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Thread: Is the sugar content of honey the same at the top and bottom of the container

  1. #1

    Default Is the sugar content of honey the same at the top and bottom of the container

    I recently made two 5 gallon batches of Mead. I used the same wildflower honey container for both batches (12 lbs of honey), and the same yeast. I weighed the honey to 6 lbs per batch. When I checked original gravity, the first batch has a lower then the second. Batch 1 was 1.030 and batch 2 was 1.050. I've tried to search the forums but may have entered the wrong criteria. So, does the sugar sink to the bottom of the honey container?

    Any and all help is appreciated.

    Thanks

  2. #2
    Join Date
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    Hi ggordon and welcome. I almost always blend my honey with water in a ..um... blender primarily to aerate the must. I add water and then I pour in honey and the honey, being far more dense than water, sinks to the bottom of the blender carafe. I am going to assume that some of the honey may remain in suspension. I would suspect that initially almost all the honey will sink. What happens though, after a few days I am not certain as there will be lots of CO2 gas in the fermenting liquid and if I regularly stir the liquid I don't know how the honey and water interact - although again, I suspect (strongest word I am willing to use) that molecules of the water are somehow bound up with molecules of honey so there is NO layer of honey and a separate and distinct layer of water as happened in the first minutes.
    Bottom line: if you simply pour the honey onto the water than you need to be careful that any sample you pull to measure the SG is a true random sample. After a few days, I think that any sample you pull (assuming we are talking about five gallons or less) WILL BE random... although what I do is stir my ferment from the bottom and then collect a sample.

  3. #3

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    Well. It certainly could depending on how well it was stirred and how hard or soft the honey was when you dumped it in. I'm curious why such a low gravity for your must? That's only about 5% or so ABV. Is that what you wanted> It will have almost no body/mouthfeel and no honey flavor. What are you making?
    7 out of 4 people have a hard time using their hydrometer!

  4. #4

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    Thanks for the responses. I'm making session Meads. I get them to right around 6% ABV. I add fruit, hops, etc, and a little thickener. I keg them and they are super refreshing. A lot lighter and less filling than beer, which is what I primarily drink.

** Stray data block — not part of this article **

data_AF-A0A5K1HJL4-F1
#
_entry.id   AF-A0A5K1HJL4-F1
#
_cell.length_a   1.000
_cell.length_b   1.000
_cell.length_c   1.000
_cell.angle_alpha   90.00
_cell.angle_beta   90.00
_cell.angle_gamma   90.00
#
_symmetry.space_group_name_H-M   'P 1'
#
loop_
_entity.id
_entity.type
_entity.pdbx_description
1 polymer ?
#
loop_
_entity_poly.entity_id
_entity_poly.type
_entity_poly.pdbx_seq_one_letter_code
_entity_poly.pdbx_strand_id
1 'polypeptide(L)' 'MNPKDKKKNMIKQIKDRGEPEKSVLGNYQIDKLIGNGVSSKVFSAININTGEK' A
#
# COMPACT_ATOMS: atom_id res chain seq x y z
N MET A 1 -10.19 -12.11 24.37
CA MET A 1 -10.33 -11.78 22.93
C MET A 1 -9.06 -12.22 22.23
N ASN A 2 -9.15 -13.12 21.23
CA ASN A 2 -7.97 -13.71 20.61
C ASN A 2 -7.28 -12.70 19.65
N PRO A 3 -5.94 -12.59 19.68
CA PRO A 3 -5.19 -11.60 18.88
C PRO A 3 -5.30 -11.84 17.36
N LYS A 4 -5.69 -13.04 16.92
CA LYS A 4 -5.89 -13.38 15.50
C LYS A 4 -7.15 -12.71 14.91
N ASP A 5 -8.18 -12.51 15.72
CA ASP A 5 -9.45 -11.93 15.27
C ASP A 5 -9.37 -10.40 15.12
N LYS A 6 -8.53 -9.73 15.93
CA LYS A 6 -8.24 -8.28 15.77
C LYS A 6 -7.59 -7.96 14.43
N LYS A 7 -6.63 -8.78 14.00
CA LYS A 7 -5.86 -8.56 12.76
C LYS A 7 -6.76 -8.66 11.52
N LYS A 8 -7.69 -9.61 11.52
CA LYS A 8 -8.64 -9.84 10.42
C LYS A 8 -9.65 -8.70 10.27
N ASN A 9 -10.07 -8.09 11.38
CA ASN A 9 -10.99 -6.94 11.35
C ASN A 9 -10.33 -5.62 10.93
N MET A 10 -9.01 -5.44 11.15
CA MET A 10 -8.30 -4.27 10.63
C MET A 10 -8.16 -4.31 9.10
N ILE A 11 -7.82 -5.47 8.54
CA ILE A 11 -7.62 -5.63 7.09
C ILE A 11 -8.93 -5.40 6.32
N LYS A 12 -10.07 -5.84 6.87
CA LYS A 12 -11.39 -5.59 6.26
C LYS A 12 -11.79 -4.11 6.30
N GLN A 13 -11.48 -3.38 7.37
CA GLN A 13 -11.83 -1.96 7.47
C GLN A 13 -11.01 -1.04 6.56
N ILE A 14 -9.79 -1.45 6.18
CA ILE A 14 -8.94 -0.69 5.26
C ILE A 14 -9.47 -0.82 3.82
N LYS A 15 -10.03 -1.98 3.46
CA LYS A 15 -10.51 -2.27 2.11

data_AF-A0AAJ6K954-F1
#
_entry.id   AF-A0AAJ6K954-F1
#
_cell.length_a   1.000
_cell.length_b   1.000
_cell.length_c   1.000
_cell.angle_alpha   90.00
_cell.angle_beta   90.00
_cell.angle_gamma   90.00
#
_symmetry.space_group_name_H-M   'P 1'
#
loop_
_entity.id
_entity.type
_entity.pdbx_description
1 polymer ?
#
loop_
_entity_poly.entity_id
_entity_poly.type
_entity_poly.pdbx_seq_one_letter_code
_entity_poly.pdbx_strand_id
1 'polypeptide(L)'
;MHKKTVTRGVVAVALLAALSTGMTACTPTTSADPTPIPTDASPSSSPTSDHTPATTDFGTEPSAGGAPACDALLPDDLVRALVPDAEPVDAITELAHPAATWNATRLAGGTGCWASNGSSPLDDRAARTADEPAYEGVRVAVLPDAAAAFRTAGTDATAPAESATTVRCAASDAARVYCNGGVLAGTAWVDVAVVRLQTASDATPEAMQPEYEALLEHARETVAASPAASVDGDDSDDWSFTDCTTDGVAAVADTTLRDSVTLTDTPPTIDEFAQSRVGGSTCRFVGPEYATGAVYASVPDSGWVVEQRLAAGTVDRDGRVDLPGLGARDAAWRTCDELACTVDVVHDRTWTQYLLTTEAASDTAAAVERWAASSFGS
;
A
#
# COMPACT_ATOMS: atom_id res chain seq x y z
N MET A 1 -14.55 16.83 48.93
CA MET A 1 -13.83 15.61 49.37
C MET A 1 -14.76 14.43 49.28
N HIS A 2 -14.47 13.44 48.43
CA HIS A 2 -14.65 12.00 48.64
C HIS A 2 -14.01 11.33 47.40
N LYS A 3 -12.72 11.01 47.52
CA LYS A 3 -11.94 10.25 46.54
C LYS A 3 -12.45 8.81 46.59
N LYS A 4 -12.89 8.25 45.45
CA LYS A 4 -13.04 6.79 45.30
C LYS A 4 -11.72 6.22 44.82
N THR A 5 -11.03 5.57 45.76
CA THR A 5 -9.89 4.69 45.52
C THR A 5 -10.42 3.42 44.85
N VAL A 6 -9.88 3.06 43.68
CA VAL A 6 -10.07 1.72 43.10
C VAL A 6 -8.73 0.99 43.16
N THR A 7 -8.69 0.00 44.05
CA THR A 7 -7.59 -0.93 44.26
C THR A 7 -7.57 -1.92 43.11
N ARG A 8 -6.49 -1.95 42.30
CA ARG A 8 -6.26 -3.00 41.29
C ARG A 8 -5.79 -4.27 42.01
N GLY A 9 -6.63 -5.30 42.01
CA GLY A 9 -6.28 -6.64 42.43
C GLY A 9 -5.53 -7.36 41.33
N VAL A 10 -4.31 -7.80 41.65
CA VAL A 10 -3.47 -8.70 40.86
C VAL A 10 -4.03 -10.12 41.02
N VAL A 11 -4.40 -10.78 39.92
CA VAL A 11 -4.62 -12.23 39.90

I got 2- 5 lb containers from my honey producer and this weekends batches both came out at 1.041, which should get me a 6.4 ABV. I know now that I should blend or use full containers to keep this from happening. Thanks again for the answers, a great help.

  5. #5

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    If parts of the honey have started to crystallize hou might also get differences in Sg. Usually for me the topmost of the bucket is much more fluid than the bottom. The bottom also might have clumps of crystallized honey and I imagine the Sg would be different were I to split the top and bottom half of a bucket

  6. #6
    Join Date
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    aha! I misunderstood. You meant does the density of the batch of honey get heavier as you go lower into the bucket of honey?

  7. #7

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    The huge difference you have is not due to the honey density being different from top to bottom, its either a mistake in measuring or some minor difference in your fermentation that is affecting you batches. Stir those both hard and for a long time to make sure you dont have any setting on the bottom. Since everything is supposed to be the same you could also just mix them up together. WVMJ

  8. #8

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    Yes. I have a kitchen scale that I started using to weight the honey so I know I'm getting the correct amount. This has happened to me twice. The first batch both times had a higher OG. I start with a large plastic spoon to make sure I get everything off the bottom of the fermenter. I have a hand blender I use after pitching and adding energizer/nutrient. I mix the heck out of it.

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